The NDT inspector in the USA

My life experience in the USA has been in the application of non-destructive testing (NDT) methods to provide industrial solutions. It dates back to 1960, when the available NDT tools were in the early stages of their applications to industrial solutions.

I was on the ‘front line’ of the process applications and, through trial and error, I contributed some valuable adjustments to ultrasonic examination, in particular. As technology evolved and equipment became more portable, some of the technicians’ work issues were eased.

Safety became a primary issue, as opposed to the ‘early days’, when harnesses were optional, gas monitoring was infrequent and ‘personal protective equipment (PPE)’ was minimal.

The modern technicians have, at their disposal, an array of safety equipment, strict monitoring of atmospheric conditions and control over exposure to dangerous atmospheres. Entry into enclosed spaces is controlled and strictly monitored.

I had just completed an ultrasonic inspection of the interior structure of the cargo tanks on the SS Sansinena. You can imagine our consternation when we heard the explosion from our house and learned of the disaster. Our lives were literally at stake when we entered those cargo tanks.

So, conditions are much safer for the NDT technician under present-day conditions. How do these technicians apply their technical skills?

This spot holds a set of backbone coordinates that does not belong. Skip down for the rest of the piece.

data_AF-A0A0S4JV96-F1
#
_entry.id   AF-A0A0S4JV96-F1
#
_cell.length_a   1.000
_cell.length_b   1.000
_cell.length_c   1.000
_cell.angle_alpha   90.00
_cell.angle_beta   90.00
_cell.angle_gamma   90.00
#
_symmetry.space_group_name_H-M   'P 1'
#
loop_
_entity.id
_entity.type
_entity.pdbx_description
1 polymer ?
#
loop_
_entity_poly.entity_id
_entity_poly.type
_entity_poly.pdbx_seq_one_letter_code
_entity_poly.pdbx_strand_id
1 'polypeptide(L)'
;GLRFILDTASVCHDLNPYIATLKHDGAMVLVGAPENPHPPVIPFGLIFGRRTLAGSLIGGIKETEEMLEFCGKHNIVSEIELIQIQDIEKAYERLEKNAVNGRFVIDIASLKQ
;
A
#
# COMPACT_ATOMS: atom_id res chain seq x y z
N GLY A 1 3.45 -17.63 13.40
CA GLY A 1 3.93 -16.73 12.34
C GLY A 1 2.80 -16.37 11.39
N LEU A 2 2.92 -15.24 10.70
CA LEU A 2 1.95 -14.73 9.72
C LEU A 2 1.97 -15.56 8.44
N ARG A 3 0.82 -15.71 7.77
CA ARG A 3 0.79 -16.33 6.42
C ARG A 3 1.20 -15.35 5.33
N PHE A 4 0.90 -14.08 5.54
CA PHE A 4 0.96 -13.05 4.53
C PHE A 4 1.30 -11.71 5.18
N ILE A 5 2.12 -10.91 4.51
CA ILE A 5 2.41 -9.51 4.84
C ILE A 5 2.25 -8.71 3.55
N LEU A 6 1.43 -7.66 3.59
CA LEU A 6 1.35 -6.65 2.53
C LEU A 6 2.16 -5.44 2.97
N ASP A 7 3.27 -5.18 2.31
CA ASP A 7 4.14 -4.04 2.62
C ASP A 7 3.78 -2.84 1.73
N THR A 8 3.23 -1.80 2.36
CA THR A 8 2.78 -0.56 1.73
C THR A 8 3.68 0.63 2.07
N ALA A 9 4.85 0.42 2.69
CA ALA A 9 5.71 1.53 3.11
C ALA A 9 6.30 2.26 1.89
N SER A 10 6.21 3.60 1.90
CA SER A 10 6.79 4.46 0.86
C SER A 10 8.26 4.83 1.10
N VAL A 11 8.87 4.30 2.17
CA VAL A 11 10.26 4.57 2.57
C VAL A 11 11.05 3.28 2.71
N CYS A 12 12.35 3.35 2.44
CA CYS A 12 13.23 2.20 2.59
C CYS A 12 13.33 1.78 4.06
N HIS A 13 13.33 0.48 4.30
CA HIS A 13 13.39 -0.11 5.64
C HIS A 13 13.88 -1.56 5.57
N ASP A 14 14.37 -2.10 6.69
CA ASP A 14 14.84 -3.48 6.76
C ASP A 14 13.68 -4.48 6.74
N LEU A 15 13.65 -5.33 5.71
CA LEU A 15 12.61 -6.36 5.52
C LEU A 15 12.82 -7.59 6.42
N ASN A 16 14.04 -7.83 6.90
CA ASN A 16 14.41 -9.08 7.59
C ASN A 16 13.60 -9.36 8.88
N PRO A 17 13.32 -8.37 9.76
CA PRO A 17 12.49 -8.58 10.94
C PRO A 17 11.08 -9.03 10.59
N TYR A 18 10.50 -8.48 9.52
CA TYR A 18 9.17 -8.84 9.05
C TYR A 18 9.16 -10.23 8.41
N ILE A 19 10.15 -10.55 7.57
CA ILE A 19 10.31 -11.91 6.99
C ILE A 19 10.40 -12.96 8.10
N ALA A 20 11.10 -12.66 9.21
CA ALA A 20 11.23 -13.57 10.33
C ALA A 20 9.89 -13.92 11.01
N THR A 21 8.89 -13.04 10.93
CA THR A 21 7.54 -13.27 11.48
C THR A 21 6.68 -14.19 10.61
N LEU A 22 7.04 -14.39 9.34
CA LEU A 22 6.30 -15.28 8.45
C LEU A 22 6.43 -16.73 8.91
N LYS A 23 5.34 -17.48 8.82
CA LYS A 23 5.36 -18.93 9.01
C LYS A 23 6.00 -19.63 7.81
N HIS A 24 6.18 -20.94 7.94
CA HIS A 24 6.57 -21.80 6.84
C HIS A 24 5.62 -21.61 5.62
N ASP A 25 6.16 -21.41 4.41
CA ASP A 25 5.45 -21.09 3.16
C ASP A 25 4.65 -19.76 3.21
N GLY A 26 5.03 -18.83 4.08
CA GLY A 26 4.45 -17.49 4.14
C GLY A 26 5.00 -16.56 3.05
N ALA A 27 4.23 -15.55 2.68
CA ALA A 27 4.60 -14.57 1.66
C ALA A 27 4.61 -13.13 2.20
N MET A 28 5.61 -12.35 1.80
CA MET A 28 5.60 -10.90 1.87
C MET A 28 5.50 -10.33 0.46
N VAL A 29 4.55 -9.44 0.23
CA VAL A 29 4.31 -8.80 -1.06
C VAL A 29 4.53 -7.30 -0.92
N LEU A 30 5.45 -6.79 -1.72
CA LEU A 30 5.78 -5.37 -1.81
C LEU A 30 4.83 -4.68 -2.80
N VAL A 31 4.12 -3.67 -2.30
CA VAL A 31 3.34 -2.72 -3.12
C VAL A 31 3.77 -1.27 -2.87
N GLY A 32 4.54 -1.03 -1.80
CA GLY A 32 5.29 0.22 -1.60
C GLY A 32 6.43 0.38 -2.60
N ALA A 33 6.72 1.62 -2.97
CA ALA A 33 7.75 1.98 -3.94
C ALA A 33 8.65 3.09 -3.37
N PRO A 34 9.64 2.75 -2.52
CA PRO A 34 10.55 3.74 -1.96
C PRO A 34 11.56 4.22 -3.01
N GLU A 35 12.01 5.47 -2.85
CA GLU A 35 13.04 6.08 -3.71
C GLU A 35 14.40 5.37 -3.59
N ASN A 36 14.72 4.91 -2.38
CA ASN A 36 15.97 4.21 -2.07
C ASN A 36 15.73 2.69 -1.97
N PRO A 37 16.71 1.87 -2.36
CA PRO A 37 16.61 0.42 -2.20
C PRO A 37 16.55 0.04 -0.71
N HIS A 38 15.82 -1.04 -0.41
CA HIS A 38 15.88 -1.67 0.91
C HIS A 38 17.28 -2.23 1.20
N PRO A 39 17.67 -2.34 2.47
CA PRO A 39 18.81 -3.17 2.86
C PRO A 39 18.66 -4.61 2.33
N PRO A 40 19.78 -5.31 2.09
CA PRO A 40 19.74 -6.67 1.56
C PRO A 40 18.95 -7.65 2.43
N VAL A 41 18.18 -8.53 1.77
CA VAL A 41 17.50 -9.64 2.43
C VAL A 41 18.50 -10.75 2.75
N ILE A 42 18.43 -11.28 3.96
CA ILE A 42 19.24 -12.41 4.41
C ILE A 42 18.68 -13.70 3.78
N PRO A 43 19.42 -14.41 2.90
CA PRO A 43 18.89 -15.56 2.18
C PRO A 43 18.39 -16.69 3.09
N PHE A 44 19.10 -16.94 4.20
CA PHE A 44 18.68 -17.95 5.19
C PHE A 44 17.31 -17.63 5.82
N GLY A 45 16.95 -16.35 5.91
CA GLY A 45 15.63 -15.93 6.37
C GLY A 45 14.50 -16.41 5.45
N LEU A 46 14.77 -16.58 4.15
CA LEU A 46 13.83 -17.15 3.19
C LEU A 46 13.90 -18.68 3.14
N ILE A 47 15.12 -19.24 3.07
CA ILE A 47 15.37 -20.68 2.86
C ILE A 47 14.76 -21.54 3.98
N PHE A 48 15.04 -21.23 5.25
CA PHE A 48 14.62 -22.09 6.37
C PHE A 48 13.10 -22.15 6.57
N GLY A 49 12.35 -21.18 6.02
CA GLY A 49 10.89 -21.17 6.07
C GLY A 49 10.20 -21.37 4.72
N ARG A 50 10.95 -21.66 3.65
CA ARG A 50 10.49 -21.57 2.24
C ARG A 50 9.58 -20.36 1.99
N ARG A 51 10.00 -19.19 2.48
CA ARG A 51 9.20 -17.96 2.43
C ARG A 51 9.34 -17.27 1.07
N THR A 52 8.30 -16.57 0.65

The main function of an NDT technician is to perform non-destructive tests on materials, systems and/or components to detect defects that are likely to have adverse effects on the functionality and safety of the item being assessed. These tests depend on the test method, standard and qualification level of the technician and include examination of bridges, pipelines, aircraft and plant equipment, using NDT techniques such as acoustic emission testing, radiography, electromagnetic testing, liquid penetrant testing, magnetic particle inspection, neutron radiography, thermography, ultrasonic testing or vibration analysis.

The technician in the current workplace must interpret the NDT results according to the applicable standards, guidelines or specifications. The technician is expected to record the activities and findings of the tests they perform on a daily basis in the form of a report. In the report, the NDT expert must outline the procedures they followed during the NDT test and provide the test results.

According to ZipRecruiter, the hourly wage for an NDT inspector in the USA can range from $12 to $48 per hour (approximately £8.86 to £35.43 per hour), depending on the location of the technician. Reimbursement for technicians varies considerably from state to state. Significant improvements have been made in technician training and certification requirements. Technician certification was not introduced until 1967 and a requirement for training was integrated into the programme. The present-day technician must be fully qualified and certificated. The American Society for Nondestructive Testing (ASNT) continues to improve technician certification requirements and opportunities. Different industries have their specific minimum certification requirements.

I can look back on 60 years of NDT experience and recognise the improvements in technology, detection accuracy and safety. My crystal ball shows me dramatic changes in the future, including higher scholastic requirements, greater robotic data collection and the use of artificial intelligence.

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